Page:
Setting the standard for the safe use of fragrance materials

The IFRA Standards are the basis of the fragrance industry's system for ensuring the safe use and enjoyment of fragrance materials.

This self-regulatory system sets rules for the use of nearly 200 fragrance materials, including:

  • bans on the use of some materials (Prohibition);
  • rules on the quantities or maximum dose to be used or the products in which certain materials can be used (Restriction); or
  • other conditions on the type of material (Specification).

As with the Code of Practice, the system applies to all IFRA members, covering approximately 90 per cent of the global fragrance industry by production volume.

In all cases the final responsibility for the safe use of any fragrance material put on the market rests with the company supplying the material.

On this page

Trusting the Standards

An independent Expert Panel for Fragrance Safety oversees the safety assessment process to ensure that it is scientifically robust.

The members of the Expert Panel include renowned independent figures from scientific fields such as dermatology, toxicology, pathology and environmental sciences.

The Panel evaluates data on a fragrance material and checks whether that data supports current use levels.

Safety is the overriding consideration: the Panel seeks to ensure that fragrance materials are subject to appropriate safety assessments.

And the Expert Panel can act swiftly and decisively: in cases where the safety assessment does not support current use, the Panel instructs IFRA to issue a Standard either restricting, banning or setting specifications for a material so that it can be used safely.

Importantly, the final decision on the content of the Standard is solely in the hands of the Expert Panel, not IFRA or RIFM - adding an additional layer of independence.

Understanding the Standards

The IFRA Standards set the maximum dose of a fragrance ingredient in finished consumer goods. They are primarily a tool for use by IFRA members in their daily work.

The typical user is a perfumer or someone else with a technical, regulatory or scientific background - and so the format and language of the Standards is written with this audience in mind.

However, we believe that it is an important part of our self-regulatory role to be transparent about the Standards we apply - which is why all of the Standards are available on this website.

Reading the Standards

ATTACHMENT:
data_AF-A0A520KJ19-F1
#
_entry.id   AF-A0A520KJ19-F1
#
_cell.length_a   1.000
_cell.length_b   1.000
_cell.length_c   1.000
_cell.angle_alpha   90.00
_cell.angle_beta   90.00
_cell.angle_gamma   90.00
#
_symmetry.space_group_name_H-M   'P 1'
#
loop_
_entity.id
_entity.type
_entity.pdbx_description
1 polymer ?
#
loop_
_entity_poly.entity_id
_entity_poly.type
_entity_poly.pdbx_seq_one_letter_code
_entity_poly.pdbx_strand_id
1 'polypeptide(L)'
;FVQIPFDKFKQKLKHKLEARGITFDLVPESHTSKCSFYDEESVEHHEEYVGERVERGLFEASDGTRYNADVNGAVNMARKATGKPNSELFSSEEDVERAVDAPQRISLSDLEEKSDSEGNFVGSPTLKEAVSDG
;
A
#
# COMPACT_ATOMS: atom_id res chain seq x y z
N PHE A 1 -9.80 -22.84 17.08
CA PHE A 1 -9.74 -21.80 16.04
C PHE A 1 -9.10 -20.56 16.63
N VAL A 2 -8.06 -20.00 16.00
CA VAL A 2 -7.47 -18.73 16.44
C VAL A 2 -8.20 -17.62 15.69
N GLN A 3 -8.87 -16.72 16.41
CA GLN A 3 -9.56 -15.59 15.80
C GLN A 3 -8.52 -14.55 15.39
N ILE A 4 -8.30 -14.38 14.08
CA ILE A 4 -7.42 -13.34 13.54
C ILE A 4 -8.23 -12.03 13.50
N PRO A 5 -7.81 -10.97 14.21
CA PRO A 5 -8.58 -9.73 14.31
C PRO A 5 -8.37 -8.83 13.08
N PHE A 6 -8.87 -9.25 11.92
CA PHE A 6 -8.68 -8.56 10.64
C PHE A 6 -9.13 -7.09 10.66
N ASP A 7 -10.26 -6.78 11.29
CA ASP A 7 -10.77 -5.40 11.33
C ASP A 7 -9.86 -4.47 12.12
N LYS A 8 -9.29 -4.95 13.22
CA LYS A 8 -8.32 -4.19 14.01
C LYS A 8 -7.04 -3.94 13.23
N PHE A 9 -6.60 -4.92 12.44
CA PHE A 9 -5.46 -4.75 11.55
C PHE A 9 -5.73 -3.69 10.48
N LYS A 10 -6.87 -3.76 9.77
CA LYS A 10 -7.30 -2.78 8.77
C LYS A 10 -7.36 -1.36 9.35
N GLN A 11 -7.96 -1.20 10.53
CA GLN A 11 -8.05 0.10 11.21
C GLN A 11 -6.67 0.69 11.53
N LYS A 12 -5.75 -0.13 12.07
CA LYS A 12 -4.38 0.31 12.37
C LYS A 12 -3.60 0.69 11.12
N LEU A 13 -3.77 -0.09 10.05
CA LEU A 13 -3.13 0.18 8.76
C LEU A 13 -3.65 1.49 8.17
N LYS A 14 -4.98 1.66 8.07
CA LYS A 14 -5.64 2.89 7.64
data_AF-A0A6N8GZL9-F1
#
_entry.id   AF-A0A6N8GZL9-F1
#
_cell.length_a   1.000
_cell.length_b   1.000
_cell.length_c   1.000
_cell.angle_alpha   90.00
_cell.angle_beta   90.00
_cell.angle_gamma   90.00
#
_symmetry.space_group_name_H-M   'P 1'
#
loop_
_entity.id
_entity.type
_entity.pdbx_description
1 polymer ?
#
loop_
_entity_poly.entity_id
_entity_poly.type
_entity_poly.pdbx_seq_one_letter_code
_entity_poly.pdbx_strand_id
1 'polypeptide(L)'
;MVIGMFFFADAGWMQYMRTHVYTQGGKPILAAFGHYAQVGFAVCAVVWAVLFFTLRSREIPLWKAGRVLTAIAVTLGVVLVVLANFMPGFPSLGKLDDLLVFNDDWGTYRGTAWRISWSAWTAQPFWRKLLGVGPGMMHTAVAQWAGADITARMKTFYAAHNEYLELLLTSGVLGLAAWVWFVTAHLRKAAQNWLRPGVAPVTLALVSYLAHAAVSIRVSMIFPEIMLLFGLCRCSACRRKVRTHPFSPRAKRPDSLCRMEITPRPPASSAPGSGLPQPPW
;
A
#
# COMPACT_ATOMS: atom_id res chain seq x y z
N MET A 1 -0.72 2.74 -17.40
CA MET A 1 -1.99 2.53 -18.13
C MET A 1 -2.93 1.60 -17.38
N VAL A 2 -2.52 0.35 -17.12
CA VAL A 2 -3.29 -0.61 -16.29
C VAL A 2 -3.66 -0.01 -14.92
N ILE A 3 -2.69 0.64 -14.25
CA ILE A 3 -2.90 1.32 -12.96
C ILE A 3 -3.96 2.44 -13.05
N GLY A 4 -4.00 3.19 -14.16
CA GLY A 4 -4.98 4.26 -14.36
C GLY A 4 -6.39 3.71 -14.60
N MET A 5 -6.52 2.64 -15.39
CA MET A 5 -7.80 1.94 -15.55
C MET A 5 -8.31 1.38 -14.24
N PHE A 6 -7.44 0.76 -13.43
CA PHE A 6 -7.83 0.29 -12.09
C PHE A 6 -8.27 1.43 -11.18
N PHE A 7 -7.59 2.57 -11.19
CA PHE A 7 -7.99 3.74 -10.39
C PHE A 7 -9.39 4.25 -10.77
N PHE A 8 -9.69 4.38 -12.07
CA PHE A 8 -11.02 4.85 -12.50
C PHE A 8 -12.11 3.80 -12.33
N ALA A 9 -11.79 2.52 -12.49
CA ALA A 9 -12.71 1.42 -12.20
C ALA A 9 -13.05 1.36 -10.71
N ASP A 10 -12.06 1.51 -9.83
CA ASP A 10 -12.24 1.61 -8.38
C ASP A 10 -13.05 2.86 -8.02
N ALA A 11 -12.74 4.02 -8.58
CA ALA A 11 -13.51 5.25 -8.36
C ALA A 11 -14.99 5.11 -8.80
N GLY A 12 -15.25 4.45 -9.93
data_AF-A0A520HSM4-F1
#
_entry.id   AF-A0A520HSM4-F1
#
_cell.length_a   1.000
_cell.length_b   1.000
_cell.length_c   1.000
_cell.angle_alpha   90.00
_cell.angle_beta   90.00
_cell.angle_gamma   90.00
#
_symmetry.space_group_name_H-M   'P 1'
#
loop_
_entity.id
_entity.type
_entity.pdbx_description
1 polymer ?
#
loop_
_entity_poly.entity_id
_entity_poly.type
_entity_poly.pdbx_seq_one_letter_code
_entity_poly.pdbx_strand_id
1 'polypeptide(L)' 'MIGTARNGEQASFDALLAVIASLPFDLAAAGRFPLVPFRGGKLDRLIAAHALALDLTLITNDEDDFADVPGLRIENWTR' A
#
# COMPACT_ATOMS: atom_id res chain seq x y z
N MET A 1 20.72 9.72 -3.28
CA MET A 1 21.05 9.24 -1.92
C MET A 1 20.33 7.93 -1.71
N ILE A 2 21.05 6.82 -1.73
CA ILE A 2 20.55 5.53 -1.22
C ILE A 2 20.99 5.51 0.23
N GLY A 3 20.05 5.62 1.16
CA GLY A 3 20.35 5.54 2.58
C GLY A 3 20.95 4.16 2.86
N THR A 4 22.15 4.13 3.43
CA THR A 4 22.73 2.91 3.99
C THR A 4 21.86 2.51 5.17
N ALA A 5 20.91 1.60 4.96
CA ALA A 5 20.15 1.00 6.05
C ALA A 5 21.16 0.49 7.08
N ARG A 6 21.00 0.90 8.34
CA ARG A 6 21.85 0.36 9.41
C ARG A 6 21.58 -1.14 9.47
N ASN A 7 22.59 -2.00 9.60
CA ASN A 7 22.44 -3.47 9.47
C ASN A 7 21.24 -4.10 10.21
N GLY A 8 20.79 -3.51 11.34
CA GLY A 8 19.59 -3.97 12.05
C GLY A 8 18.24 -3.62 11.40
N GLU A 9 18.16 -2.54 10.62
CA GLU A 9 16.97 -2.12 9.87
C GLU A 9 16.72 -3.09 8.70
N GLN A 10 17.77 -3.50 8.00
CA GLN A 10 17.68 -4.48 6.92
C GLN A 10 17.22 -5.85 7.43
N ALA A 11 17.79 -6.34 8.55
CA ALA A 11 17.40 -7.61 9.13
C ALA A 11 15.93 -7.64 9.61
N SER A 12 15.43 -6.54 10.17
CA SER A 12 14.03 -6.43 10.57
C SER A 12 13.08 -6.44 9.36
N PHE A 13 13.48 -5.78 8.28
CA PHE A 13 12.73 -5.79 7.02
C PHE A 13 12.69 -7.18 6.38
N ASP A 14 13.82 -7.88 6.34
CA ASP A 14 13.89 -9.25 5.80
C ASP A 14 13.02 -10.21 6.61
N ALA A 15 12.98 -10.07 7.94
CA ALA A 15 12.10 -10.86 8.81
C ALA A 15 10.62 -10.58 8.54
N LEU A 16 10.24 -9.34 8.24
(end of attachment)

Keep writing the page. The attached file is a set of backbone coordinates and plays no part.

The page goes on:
Given their intended audience, some of the information presented can seem confusing or hard-to-understand for non-experts. We believe it is important to keep the information brief and relevant for a technical audience - but also to give a wider audience the chance to understand what information is in a Standard, and why.

Click here for a short explainer of the key information contained in a typical Standard.

Setting the Standards

The IFRA Standards-setting process principally involves IFRA, the Research Institute for Fragrance Materials (RIFM) and the independent Expert Panel on Fragrance Safety.

We also, through a consultation phase, involve our Members and stakeholders in the process.

Here's how it works:

Step 1: IFRA sends information to RIFM

IFRA sends RIFM information about a fragrance material, including exposure situation (usage concentration, variety of use, volume of use); chemical composition; olfactory profile; olfactory potential

Step 2: RIFM prepares a dossier

RIFM prepares a comprehensive dossier on the material, including all available safety data. If necessary, RIFM initiates and organizes safety studies to fill gaps in knowledge about the material.

Step 3: Expert Panel evaluates

The independent Expert Panel evaluates the data. It checks whether the data supports current use levels in such a way that there is no risk to consumers. If the safety assessment does not support current use, the Panel instructs IFRA to issue a Standard.

Step 4: IFRA prepares a Standard

IFRA prepares a Standard in line with its Standard-setting process

Step 5: Consultation phase

The draft Standard is sent to IFRA's members and stakeholders for consultation. The consultation period allows members and stakeholders to provide IFRA with additional data or scientific studies that may need to be considered in setting the final Standard.

Step 6: Publication and implementation

If no additional information is received during the consultation phase, the final Standard is published as part of an 'Amendment to the IFRA Code of Practice'. Following publication, members have a specified period to change internal systems and apply the Standard.